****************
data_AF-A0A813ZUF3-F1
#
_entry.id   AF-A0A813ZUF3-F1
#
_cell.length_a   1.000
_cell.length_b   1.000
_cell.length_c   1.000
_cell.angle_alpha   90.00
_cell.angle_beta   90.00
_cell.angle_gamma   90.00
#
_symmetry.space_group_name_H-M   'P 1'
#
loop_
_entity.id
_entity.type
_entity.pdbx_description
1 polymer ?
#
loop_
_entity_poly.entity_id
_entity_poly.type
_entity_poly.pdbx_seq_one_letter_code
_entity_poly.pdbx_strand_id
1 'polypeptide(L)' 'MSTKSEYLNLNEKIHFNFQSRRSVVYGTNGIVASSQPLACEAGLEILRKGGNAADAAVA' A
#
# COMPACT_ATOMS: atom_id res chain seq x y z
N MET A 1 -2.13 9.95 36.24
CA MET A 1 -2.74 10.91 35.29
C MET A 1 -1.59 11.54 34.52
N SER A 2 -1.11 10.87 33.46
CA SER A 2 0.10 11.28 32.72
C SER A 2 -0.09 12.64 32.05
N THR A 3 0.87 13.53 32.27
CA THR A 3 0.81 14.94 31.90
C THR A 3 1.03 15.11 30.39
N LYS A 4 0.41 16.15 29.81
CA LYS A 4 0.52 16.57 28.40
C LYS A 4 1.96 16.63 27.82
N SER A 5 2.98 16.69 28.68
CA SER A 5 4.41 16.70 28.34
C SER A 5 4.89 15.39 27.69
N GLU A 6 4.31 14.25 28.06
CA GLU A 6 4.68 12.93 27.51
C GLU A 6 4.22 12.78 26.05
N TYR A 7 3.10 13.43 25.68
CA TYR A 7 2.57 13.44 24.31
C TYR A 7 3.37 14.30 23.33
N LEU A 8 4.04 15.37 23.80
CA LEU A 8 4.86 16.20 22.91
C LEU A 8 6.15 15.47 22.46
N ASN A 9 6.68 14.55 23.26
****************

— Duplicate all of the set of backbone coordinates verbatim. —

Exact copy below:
data_AF-A0A813ZUF3-F1
#
_entry.id   AF-A0A813ZUF3-F1
#
_cell.length_a   1.000
_cell.length_b   1.000
_cell.length_c   1.000
_cell.angle_alpha   90.00
_cell.angle_beta   90.00
_cell.angle_gamma   90.00
#
_symmetry.space_group_name_H-M   'P 1'
#
loop_
_entity.id
_entity.type
_entity.pdbx_description
1 polymer ?
#
loop_
_entity_poly.entity_id
_entity_poly.type
_entity_poly.pdbx_seq_one_letter_code
_entity_poly.pdbx_strand_id
1 'polypeptide(L)' 'MSTKSEYLNLNEKIHFNFQSRRSVVYGTNGIVASSQPLACEAGLEILRKGGNAADAAVA' A
#
# COMPACT_ATOMS: atom_id res chain seq x y z
N MET A 1 -2.13 9.95 36.24
CA MET A 1 -2.74 10.91 35.29
C MET A 1 -1.59 11.54 34.52
N SER A 2 -1.11 10.87 33.46
CA SER A 2 0.10 11.28 32.72
C SER A 2 -0.09 12.64 32.05
N THR A 3 0.87 13.53 32.27
CA THR A 3 0.81 14.94 31.90
C THR A 3 1.03 15.11 30.39
N LYS A 4 0.41 16.15 29.81
CA LYS A 4 0.52 16.57 28.40
C LYS A 4 1.96 16.63 27.82
N SER A 5 2.98 16.69 28.68
CA SER A 5 4.41 16.70 28.34
C SER A 5 4.89 15.39 27.69
N GLU A 6 4.31 14.25 28.06
CA GLU A 6 4.68 12.93 27.51
C GLU A 6 4.22 12.78 26.05
N TYR A 7 3.10 13.43 25.68
CA TYR A 7 2.57 13.44 24.31
C TYR A 7 3.37 14.30 23.33
N LEU A 8 4.04 15.37 23.80
CA LEU A 8 4.86 16.20 22.91
C LEU A 8 6.15 15.47 22.46
N ASN A 9 6.68 14.55 23.26